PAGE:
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Jibo: Will You Adopt Your First Family Robot?

Promotional Image via Jibo

Eugene Gan - published on 03/30/15

Jibo knows a lot about what you do, where you go, who you see, what you like, who you talk to, and when you meet. The choice you have to make, whether to “adopt” Jibo in your life, straddles comfort and entertainment on the one hand, and personal security and privacy on the other. With Jibo storing and processing all your personal data, schedules, and preferences, will marketers start invading your space, peer into your home, or hack into your accounts? Plus, for Jibo to respond to you, it means that he must be constantly watching you, constantly listening to you. Does this make Jibo fun or freaky? Perhaps both. Jibo is still more akin to a microwave than it is to a portable device: it’s a stationery object molded in household appliance-white. It doesn’t follow you around like Rosie in
The Jetsons for the simple reason that it doesn’t have legs…yet. If Jibo takes off in a big way, it’s not too hard to imagine that it could sprout appendages and legs to fetch stuff for you. But like some horror movie, I wouldn’t want it moving from my night stand to sit at the foot of my bed while I’m asleep, or appear suddenly in the mirror when I close the bathroom cabinet. Likewise, I and many others who have just come from watching the machine-insects of
The Maze Runner wouldn’t appreciate any spidery designs, thank you. At the same time, propeller-less hovering, flying versions like Wall*e’s E.V.E. is a nice thought but still the stuff of science fiction. Practically, it would more likely connect with your smart phone so that wherever you are, it’ll be able to keep yammering with you if you let it. Its immovability makes it less useful than what the designers intend. Promotional trailers can cut from scene to scene showing Jibo in various household settings, but in reality, getting just one Jibo means that you would have to physically move Jibo from room to room. At $499 and available in late 2015, I’m sure Breazeal hopes that multiple Jibos would be sitting on your night stand, dining room table, kitchen counter, and side tables. I wonder how one Jibo would interact with another, carrying on a conversation that would never end and going back and forth taking selfies of one another?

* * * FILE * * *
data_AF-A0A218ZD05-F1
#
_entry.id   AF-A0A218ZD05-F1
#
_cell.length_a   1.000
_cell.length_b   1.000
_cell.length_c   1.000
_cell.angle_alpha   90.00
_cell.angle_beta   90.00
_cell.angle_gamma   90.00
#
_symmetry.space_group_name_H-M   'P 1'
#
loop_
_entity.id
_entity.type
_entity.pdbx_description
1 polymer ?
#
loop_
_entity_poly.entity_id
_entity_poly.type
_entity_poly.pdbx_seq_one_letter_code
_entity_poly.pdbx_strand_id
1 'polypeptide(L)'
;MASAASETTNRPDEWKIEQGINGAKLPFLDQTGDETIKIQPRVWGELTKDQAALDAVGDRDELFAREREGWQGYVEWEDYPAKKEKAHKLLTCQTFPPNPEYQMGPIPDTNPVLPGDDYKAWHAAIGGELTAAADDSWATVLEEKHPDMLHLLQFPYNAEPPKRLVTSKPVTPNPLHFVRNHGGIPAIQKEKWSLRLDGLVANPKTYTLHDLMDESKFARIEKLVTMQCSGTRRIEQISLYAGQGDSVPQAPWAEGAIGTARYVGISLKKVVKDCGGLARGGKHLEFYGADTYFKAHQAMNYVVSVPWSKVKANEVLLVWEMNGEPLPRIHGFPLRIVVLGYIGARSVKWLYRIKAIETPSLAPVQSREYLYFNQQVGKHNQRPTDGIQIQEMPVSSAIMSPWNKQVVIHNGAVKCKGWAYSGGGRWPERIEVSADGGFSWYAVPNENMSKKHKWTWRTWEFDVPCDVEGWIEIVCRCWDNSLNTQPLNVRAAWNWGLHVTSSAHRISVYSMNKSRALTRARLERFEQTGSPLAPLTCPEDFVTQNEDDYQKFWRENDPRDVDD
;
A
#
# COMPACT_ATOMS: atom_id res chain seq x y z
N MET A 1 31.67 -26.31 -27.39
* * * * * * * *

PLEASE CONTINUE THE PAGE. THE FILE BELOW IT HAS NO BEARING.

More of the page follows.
I can envision accessory and program packs that you can purchase to provide Jibo with new abilities and personalities suited to your tastes. C3PO or HAL9000 voicepacks, anyone? And because it is being touted as an open SDK, open platform, I can also envision hackers and enthusiasts modding Jibo to do things never intended by the designers. Projecting princess Leia on the coffee table saying “[substitute user name], you’re my only hope” is high on my list. Then again, that’s not a need, and it begs the question: after that is done, then what? All said, it’s still a toy, and the features fall more in the entertainment category than they do in the “essential and needed” category. But moving forward, there’s an even greater concern that we ought to pay attention to. Together with movies like
Chappie and
Ex Machina that promote the human qualities of robots, the real danger, especially since it requires time and effort to reflect on it, is that we get confused in our thinking and decision-making and denigrate the genuine dignity and worth of human beings to mere machine. Sorry, but Jibo or any robot created between now and the end of time, even if it looks and acts like a human, however endearing it may seem, will not have a soul.

Dr Eugene Gan is
faculty associate of the Veritas Center and Professor of Interactive Media, Communications, and Fine Art at Franciscan University of Steubenville in the United States. His book,
Infinite Bandwidth: Encountering Christ in the Media
is grounded in Scripture and magisterial documents, and is a handbook and practical guide for understanding and engaging media in meaningful and healthy ways in daily life.

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